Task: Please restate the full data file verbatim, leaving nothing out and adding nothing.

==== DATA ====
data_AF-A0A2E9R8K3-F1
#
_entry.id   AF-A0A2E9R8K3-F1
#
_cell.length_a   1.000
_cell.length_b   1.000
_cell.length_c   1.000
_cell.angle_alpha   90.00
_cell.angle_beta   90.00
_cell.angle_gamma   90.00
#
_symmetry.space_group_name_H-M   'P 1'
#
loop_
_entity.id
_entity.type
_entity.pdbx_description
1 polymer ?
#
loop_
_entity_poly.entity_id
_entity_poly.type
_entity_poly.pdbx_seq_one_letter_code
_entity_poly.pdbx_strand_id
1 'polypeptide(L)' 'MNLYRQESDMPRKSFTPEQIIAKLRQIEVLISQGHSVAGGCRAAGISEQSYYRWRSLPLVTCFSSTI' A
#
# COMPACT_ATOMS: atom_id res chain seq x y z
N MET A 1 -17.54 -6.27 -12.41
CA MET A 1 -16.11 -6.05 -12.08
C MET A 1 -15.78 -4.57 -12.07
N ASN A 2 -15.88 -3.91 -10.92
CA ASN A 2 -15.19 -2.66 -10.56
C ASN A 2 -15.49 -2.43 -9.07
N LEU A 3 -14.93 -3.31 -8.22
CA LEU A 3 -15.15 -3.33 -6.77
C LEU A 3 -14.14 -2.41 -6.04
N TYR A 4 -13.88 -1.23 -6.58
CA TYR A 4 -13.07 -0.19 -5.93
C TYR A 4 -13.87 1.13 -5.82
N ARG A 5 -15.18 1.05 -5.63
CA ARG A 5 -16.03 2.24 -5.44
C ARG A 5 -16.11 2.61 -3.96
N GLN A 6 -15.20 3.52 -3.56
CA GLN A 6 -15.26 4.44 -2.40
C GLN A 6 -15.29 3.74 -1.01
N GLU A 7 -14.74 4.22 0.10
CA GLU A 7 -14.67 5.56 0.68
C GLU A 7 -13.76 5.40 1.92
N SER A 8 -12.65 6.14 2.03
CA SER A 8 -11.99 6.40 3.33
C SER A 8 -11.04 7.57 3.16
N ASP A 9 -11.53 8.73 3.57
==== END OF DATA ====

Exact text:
data_AF-A0A2E9R8K3-F1
#
_entry.id   AF-A0A2E9R8K3-F1
#
_cell.length_a   1.000
_cell.length_b   1.000
_cell.length_c   1.000
_cell.angle_alpha   90.00
_cell.angle_beta   90.00
_cell.angle_gamma   90.00
#
_symmetry.space_group_name_H-M   'P 1'
#
loop_
_entity.id
_entity.type
_entity.pdbx_description
1 polymer ?
#
loop_
_entity_poly.entity_id
_entity_poly.type
_entity_poly.pdbx_seq_one_letter_code
_entity_poly.pdbx_strand_id
1 'polypeptide(L)' 'MNLYRQESDMPRKSFTPEQIIAKLRQIEVLISQGHSVAGGCRAAGISEQSYYRWRSLPLVTCFSSTI' A
#
# COMPACT_ATOMS: atom_id res chain seq x y z
N MET A 1 -17.54 -6.27 -12.41
CA MET A 1 -16.11 -6.05 -12.08
C MET A 1 -15.78 -4.57 -12.07
N ASN A 2 -15.88 -3.91 -10.92
CA ASN A 2 -15.19 -2.66 -10.56
C ASN A 2 -15.49 -2.43 -9.07
N LEU A 3 -14.93 -3.31 -8.22
CA LEU A 3 -15.15 -3.33 -6.77
C LEU A 3 -14.14 -2.41 -6.04
N TYR A 4 -13.88 -1.23 -6.58
CA TYR A 4 -13.07 -0.19 -5.93
C TYR A 4 -13.87 1.13 -5.82
N ARG A 5 -15.18 1.05 -5.63
CA ARG A 5 -16.03 2.24 -5.44
C ARG A 5 -16.11 2.61 -3.96
N GLN A 6 -15.20 3.52 -3.56
CA GLN A 6 -15.26 4.44 -2.40
C GLN A 6 -15.29 3.74 -1.01
N GLU A 7 -14.74 4.22 0.10
CA GLU A 7 -14.67 5.56 0.68
C GLU A 7 -13.76 5.40 1.92
N SER A 8 -12.65 6.14 2.03
CA SER A 8 -11.99 6.40 3.33
C SER A 8 -11.04 7.57 3.16
N ASP A 9 -11.53 8.73 3.57